Jean Joseph Constant and the Portrayal of the Other through the Manipulative Orientalist Gaze

The sun is setting and it is a beautiful evening in Morocco. Sailboats can be observed sailing in the distant sea, and people are spending time on their terraces. In the foreground, four figures, male and female, occupy one of the terraces, simulating the leisurely behavior of others in the background. On the edge of the terrace, an olive skinned woman sits upright on an animal pelt, her feet dangling off the terrace while staring forward. Next to her, a dark-skinned figure, possibly a boy, wearing an orange hat, is lying on an oriental carpet; head downwards, his arm reaches down to a fruit tree. Sharing the carpet, an attractive woman with her palm resting on her chin, gazes into the horizon. The fourth man sits cross-legged while leaning forward as if he is trying to look at something in the distance.  Further back, a figure is seen looking out from a tower with a U-shaped balcony window, a motif typical of Islamic architecture.

This is the scene that visitors to the Montreal Museum of Fine Arts come upon when looking at Benjamin Constant’s large-scale 1879 painting, Evening On the Terrace, Morocco (Fig. 1). While Constant, a nineteenth century French painter, reproduces a beautiful Oriental[1] landscape enriched with Islamic motifs, his portrayal of the North African men and women is of particular interest due to the manner in which the figures avoid the gaze of the viewer. For Westerners, this is perplexing because looking into the eyes can be used to “determine the inner nature of the soul behind the facade.”[2] Seeking to identify the faces, the viewer is captivated by the upright woman to the right, the only one whose face can be fully viewed. However, when observing her face one can see that her eyes have not been painted. Instead, a dark shadow veils her eyes creating a barrier between the viewer and the woman.  The viewer’s inability to confront the face of the figures represented raises the question of Constant’s motive, and the manner in which these characters are represented. Because of its Orientalist mannerisms, Evening on the Terrace serves as a visual example of nineteenth century colonialist understanding and desire of the Orient, through the portrayal of these figures as two-dimensional beings without consideration for their character.

This leads me to Edward Said’s critique of Western perceptions on the East. In his book Orientalism published in 1979, he argued that Orientalism was the means in which the West could dominate the East. He writes, “I myself believe that Orientalism is more particularly valuable as a sign of European-Atlantic power over the Orient than it is a veridic discourse about the Orient.”[3] The West, as the dominant culture, would impose its views on the East. Said demonstrates this argument by explaining how the Orient was described as an exotic and mysterious land by the West. European writers, such as Gustave Flaubert, would reconstruct the Orient to mirror the European colonialist point of view. As authors, they had the ability to possess and manipulate the Orient and its people by becoming their voice.[4] Similarly to literature, nineteenth century European paintings would not be composed from the perspective of the Oriental. “For Said, Orientalism in Western literature is a mode of thought for defining, classifying, and expressing the presumed cultural inferiority of the Islamic Orient.”[5]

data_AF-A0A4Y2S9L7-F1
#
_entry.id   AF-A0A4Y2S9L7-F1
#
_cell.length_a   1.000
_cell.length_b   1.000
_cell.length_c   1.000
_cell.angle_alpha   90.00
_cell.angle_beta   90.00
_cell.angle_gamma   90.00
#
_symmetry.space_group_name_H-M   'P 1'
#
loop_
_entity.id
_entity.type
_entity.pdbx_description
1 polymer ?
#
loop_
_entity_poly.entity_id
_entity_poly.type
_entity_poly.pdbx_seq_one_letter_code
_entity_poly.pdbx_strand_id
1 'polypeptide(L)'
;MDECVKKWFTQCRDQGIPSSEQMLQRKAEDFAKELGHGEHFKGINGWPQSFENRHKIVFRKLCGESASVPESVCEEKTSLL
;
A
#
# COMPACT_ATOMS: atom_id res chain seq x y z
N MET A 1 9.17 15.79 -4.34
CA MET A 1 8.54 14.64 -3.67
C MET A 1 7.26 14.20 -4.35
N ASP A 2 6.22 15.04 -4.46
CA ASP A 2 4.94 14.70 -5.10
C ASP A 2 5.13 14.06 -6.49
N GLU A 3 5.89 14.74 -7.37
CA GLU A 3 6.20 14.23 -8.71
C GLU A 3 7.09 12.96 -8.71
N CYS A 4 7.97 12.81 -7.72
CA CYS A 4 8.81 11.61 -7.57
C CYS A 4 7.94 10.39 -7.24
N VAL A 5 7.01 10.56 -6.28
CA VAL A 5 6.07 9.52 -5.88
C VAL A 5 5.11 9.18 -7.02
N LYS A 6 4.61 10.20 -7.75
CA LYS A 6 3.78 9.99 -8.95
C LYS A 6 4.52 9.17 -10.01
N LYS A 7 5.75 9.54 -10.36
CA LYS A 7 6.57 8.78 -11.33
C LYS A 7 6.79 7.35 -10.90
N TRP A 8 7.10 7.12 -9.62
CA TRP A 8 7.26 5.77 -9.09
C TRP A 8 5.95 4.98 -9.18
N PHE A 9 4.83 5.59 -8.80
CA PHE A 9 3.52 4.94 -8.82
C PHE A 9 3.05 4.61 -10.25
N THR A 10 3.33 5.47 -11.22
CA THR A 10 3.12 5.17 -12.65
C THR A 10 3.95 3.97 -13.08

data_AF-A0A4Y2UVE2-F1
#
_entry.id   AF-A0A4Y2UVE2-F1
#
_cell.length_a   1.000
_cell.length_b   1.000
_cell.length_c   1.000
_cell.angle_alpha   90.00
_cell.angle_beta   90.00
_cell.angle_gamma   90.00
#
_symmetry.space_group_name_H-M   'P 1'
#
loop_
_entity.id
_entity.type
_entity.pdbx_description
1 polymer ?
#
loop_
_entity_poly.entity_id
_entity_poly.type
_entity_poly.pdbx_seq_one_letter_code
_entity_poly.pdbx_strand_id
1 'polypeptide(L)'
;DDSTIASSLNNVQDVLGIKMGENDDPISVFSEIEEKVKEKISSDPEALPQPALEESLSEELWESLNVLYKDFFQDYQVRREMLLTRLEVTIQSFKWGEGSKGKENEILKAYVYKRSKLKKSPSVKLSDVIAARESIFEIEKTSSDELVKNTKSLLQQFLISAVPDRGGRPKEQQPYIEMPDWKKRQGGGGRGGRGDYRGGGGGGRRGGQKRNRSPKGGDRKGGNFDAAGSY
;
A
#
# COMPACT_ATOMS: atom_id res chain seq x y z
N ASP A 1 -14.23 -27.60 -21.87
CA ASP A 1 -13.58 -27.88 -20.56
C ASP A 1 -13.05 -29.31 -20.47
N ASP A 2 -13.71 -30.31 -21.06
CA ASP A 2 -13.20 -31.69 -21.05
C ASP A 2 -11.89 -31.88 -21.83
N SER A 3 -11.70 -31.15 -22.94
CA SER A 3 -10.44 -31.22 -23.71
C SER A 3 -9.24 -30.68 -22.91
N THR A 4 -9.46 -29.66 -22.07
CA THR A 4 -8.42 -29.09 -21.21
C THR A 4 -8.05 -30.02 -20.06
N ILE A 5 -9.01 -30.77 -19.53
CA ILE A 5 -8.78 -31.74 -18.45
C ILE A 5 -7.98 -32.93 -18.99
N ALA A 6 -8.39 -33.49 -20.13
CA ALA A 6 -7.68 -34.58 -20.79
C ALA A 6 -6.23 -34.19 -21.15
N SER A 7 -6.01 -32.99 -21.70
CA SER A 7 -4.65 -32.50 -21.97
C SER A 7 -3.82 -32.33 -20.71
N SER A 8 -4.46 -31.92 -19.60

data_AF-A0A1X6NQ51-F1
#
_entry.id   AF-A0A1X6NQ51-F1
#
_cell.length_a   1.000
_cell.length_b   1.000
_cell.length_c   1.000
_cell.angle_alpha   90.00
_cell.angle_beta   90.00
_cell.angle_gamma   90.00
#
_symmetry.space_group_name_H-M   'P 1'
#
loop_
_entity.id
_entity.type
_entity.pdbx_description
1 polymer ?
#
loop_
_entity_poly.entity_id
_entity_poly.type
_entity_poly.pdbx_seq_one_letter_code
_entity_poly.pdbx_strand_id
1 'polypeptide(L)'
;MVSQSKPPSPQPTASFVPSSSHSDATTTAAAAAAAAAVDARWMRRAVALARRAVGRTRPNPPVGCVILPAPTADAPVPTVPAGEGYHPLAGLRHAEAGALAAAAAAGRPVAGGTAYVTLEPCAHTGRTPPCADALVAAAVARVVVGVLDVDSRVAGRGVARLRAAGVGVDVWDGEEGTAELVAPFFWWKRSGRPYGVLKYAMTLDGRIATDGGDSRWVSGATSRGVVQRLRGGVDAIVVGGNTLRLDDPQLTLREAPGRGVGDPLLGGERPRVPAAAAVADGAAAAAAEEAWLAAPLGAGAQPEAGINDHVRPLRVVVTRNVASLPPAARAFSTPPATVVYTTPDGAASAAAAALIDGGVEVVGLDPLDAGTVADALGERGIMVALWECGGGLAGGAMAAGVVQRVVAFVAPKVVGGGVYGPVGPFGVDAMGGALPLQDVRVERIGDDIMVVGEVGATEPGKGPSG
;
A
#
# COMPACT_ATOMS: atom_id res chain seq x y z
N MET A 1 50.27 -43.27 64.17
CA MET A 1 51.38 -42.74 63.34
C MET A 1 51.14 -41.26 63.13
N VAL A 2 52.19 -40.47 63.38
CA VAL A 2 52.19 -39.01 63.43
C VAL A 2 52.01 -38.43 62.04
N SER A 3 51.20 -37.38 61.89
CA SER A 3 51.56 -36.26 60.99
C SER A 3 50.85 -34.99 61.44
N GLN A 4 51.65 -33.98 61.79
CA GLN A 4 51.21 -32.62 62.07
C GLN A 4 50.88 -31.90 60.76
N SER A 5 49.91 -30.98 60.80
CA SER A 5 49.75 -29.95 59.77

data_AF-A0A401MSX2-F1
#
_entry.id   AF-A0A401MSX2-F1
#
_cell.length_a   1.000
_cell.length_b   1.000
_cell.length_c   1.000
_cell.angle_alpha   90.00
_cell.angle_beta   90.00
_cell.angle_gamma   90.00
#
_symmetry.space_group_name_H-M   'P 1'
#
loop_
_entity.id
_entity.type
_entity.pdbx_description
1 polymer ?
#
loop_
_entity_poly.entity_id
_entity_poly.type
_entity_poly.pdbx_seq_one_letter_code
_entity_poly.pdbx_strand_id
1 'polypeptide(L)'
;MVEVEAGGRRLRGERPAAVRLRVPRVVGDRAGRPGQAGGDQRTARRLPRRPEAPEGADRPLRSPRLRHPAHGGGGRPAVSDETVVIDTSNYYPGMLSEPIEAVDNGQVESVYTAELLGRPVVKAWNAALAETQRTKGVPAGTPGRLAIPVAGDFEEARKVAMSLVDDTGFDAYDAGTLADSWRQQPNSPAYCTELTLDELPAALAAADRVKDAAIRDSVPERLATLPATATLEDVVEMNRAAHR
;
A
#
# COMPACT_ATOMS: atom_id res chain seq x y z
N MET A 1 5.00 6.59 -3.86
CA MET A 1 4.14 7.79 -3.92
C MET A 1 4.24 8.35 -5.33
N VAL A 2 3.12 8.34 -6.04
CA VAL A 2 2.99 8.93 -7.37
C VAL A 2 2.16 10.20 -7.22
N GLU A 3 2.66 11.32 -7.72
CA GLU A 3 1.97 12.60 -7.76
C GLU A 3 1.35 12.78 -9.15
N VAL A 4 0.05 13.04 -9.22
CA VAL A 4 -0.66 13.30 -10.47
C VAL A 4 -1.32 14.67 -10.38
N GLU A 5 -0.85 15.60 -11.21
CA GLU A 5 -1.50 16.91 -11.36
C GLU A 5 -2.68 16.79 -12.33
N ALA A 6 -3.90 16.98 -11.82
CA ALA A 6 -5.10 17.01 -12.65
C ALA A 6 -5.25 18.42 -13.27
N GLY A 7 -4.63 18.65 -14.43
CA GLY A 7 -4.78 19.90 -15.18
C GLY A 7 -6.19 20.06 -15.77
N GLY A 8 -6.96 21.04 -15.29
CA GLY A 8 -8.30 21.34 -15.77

During colonial expansionism, many European artists took the opportunity to travel to Africa in search of new environments and inspiration. They were “looking for exotic peoples and places to depict in their works.”[6]Constant took the opportunity in 1872, when he was offered to follow the embassy of Charles Tissot. Common themes artists painted on these voyages were of violence, harems, and Oriental landscapes, which would have appealed to European taste for the exotic. For Constant, his paintings of the East were often focused on harems and scenes of violence. Prior to painting Evening on the Terrace, he had previously been awarded two medals, one for Prisonniers Marocains in 1875 and the other for Entrée de Mahomet II à Constantinople in 1876,[7] both of which depict scenes of violence and power. Contrarily, with Evening on the Terrace, Constant chooses to paint a romantic view of a Moroccan landscape. In Donald A. Rosenthal’s book, Orientalism: The Near East In French Painting 1800-1880, he writes, The unifying characteristic of nineteenth century Orientalism was its attempt at documenting realism,” and that “ Orientalism was an aspect of Romantic escapism […] for the restless and adventurous in spirit throughout the century.” [8]

Scenes of Arabs on terraces overlooking their land are a common theme in Constant’s paintings, and this subject matter would have resonated with the European desire for adventure. Other paintings similar to Evening on the Terrace are Arabian Nights, which depicts women sitting on a terrace at night gazing into to the distance, and On the Terrace, which portrays women in various poses on a terrace while a man looks on into the distant mountain. All three paintings demonstrate a desire for travel and exploration, which are communicated through the use of visual symbols such as the sea, the mountains, and the horizon. As well, Evening on the Terrace and On the Terrace both have figures looking in varying directions. In Evening on the Terrace, the characters are placed in a way that can remind the viewer of an arrow, such as the one in a compass suggesting the various coordinates the arrow can move to.

The positioning of the Arabs and the manner in which they are portrayed was also subjected to colonialist views. For example, the sitting woman’s position stands out from the painting, not only because her eyes have been blurred but because she gives an aura of power. Her stance is similar to another of Constant’s painting, The Throne Room In Byzantium (Fig. 2), where the empress is positioned in the same upright fashion. Although the empress does not have her arms placed forward, the positioning of the arms is closer in resemblance to that of the Egyptian sphinx. The sphinx would have been a figure familiar to Europeans of the time, as depictions of it could be found in European art, and sphinxes, along with pyramids, were important symbols of the East. Sphinxes, part human part lion, as Elmer G. Suhr explains, have two important features: one is that they are seen as mysterious creatures, and secondly that they are viewed as guardians.[9] Therefore, the women on Evening on the Terrace can be associated with these features. By being placed on the border of the terrace, she appears to be given the role of a guardian, and is consequently related to the power and mystery of the East. Additionally, relating this woman to a lioness would have been of interest to Europeans of the time, who compared human emotions and physiognomy to that of animals.[10]